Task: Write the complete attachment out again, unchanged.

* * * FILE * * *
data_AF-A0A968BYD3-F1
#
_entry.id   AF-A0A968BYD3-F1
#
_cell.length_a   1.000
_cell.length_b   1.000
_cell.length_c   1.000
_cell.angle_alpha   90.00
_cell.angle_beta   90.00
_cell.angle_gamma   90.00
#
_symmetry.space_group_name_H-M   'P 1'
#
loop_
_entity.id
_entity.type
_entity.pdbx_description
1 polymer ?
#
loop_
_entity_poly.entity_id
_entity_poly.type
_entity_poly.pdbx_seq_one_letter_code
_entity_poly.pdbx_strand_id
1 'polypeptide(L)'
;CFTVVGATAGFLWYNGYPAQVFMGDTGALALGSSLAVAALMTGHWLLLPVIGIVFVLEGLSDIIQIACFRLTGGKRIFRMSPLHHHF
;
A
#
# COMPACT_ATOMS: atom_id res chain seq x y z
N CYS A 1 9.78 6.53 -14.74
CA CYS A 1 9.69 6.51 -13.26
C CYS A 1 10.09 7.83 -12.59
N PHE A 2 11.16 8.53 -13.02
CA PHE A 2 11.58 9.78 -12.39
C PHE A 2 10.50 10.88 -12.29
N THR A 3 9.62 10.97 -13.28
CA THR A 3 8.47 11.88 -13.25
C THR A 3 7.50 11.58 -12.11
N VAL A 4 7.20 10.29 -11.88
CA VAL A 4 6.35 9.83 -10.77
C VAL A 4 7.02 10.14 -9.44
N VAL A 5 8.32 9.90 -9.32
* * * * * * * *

data_AF-A0A968BYD3-F1
#
_entry.id   AF-A0A968BYD3-F1
#
_cell.length_a   1.000
_cell.length_b   1.000
_cell.length_c   1.000
_cell.angle_alpha   90.00
_cell.angle_beta   90.00
_cell.angle_gamma   90.00
#
_symmetry.space_group_name_H-M   'P 1'
#
loop_
_entity.id
_entity.type
_entity.pdbx_description
1 polymer ?
#
loop_
_entity_poly.entity_id
_entity_poly.type
_entity_poly.pdbx_seq_one_letter_code
_entity_poly.pdbx_strand_id
1 'polypeptide(L)'
;CFTVVGATAGFLWYNGYPAQVFMGDTGALALGSSLAVAALMTGHWLLLPVIGIVFVLEGLSDIIQIACFRLTGGKRIFRMSPLHHHF
;
A
#
# COMPACT_ATOMS: atom_id res chain seq x y z
N CYS A 1 9.78 6.53 -14.74
CA CYS A 1 9.69 6.51 -13.26
C CYS A 1 10.09 7.83 -12.59
N PHE A 2 11.16 8.53 -13.02
CA PHE A 2 11.58 9.78 -12.39
C PHE A 2 10.50 10.88 -12.29
N THR A 3 9.62 10.97 -13.28
CA THR A 3 8.47 11.88 -13.25
C THR A 3 7.50 11.58 -12.11
N VAL A 4 7.20 10.29 -11.88
CA VAL A 4 6.35 9.83 -10.77
C VAL A 4 7.02 10.14 -9.44
N VAL A 5 8.32 9.90 -9.32